12.30.14

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Black Duck Debunked Again, Data Asserted Invalid

Posted in Free/Libre Software, FUD, GPL at 12:23 pm by Dr. Roy Schestowitz

Summary: Black Duck’s GPL-hostile numbers are hinged on a biased collection of data, claims controversial columnist Byfield

JUST before Christmas we wrote this critique of Redmonk because it was using data from its former paymasters at Black Duck. The data was used to discredit the GNU GPL, a cornerstone of copyleft (which in inherently one of the biggest threats to the likes of Microsoft, which is in turn closely connected to Black Duck).

“No article is perfect, but the takeaway from Byfield’s article is that Black Duck’s claims deserve no trust.”An article from Bruce Byfield (excerpt in [1]), a person whom we typically disagree with (he tends to aggravate projects or sites and then malign them using their response, i.e. the troll’s modus operandi), finally disputes the Black Duck ‘data’, which is in some case derived directly or funneled through Microsoft (for over 5 years now). Byfield criticises “both the Red Monk studies and their main source, Black Duck Software,” noting quite correctly that the way data is collected is biased by designed (incomplete and tilted in favour of large corporations such as Microsoft).

While we cannot agree with all of Byfield’s assertions, some of his points align with ours and bolster critics of Black Duck, including Debian heavyweight Bruce Perens, who warned people that Black Duck's claims about the GPL are "B.S."

Will Hill, a Debian user, has highlighted numerous flaws in Byfield’s article, including:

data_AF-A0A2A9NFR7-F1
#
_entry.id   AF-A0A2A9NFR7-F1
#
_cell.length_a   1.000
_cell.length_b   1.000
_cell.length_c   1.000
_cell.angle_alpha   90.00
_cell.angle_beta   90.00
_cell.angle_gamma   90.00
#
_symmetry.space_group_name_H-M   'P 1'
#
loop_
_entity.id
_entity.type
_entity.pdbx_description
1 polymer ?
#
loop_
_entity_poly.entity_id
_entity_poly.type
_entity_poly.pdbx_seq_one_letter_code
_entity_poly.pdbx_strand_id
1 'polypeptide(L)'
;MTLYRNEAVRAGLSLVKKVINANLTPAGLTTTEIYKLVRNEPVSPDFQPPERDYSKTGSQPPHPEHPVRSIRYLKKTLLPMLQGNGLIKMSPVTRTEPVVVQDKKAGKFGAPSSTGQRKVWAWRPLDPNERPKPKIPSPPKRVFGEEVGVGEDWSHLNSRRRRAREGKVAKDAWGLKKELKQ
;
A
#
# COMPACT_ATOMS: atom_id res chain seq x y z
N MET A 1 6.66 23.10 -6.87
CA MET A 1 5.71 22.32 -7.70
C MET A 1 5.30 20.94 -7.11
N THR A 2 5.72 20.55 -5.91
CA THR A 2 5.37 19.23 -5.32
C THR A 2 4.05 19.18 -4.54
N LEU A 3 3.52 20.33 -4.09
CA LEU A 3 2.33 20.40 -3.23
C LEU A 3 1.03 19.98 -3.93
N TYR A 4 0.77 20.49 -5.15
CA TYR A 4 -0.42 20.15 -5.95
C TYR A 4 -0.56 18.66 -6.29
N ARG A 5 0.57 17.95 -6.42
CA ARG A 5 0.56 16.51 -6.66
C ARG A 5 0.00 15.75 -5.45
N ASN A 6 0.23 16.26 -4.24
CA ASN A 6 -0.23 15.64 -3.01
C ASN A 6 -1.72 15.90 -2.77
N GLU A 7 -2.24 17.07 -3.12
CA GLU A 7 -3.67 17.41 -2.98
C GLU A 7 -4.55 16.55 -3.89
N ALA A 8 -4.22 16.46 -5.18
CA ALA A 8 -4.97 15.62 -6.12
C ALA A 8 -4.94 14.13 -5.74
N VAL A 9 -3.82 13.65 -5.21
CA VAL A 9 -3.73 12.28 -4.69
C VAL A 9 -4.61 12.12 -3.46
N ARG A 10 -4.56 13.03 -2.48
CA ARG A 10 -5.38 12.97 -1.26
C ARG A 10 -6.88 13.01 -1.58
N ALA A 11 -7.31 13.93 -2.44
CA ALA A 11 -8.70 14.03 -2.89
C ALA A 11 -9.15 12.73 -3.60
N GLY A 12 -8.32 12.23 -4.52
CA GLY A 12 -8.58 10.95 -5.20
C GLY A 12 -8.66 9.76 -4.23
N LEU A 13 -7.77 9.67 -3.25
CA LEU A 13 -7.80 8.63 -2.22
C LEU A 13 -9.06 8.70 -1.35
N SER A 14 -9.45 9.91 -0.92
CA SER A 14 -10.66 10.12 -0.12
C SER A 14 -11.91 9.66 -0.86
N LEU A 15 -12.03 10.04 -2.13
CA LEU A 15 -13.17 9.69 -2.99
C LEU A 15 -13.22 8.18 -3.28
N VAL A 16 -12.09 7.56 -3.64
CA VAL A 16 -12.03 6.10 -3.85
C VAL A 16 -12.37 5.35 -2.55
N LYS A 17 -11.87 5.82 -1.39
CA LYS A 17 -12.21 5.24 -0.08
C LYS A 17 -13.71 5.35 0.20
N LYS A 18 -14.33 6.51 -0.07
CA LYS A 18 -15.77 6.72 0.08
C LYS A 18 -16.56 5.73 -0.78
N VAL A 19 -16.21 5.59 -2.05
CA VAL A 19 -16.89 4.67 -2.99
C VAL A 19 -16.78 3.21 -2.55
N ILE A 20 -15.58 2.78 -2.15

Oh no, he’s dredging up all that bullshit again? It was pretty conclusively dealt with at the time by counting packages in Debian, etc. Let me count the howlers,

Because permissive licenses are more flexible and less likely to generate compliance problems, the possibility is strong that these sources could have a conscious or unconscious bias against copyleft licenses.

That’s basically what Black Duck was trying to get people to believe, that software freedom is not “flexible” enough for businesses who prefer “permissive” BSD. This is silly and wrong, but he’s stated as a fact. What a turkey.

Debian, for example, notes that its license “include” a short list but makes no guarantee that the list is complete, and goes no further than to note that a half dozen licenses are “common.”

This undermines people’s ability to see the best rebuttal in a dishonest way. The answer came from counting the total number of packages and the number of GPL packages to see that GPL use had increased.

No article is perfect, but the takeaway from Byfield’s article is that Black Duck’s claims deserve no trust. They are selling agenda and bias.

Related/contextual items from the news:

  1. The problem with license trends

    The conventional wisdom is that free software licenses are rapidly evolving. The copyleft licenses are supposed to be in decline, and the permissive licenses gaining popularity, according to two widely-quoted studies from Red Monk by Stephen O’Grady and Donnie Berkholz, In fact, writing in 2012, Berkholz declares that new project licenses are more likely to use a permissive license than anything else. However, on closer examination, whether these conclusions are accurate is open to question.

    For one thing, both the Red Monk studies and their main source, Black Duck Software and its Open Hub site (formerly Ohloh) are business-oriented. Because permissive licenses are more flexible and less likely to generate compliance problems, the possibility is strong that these sources could have a conscious or unconscious bias against copyleft licenses.

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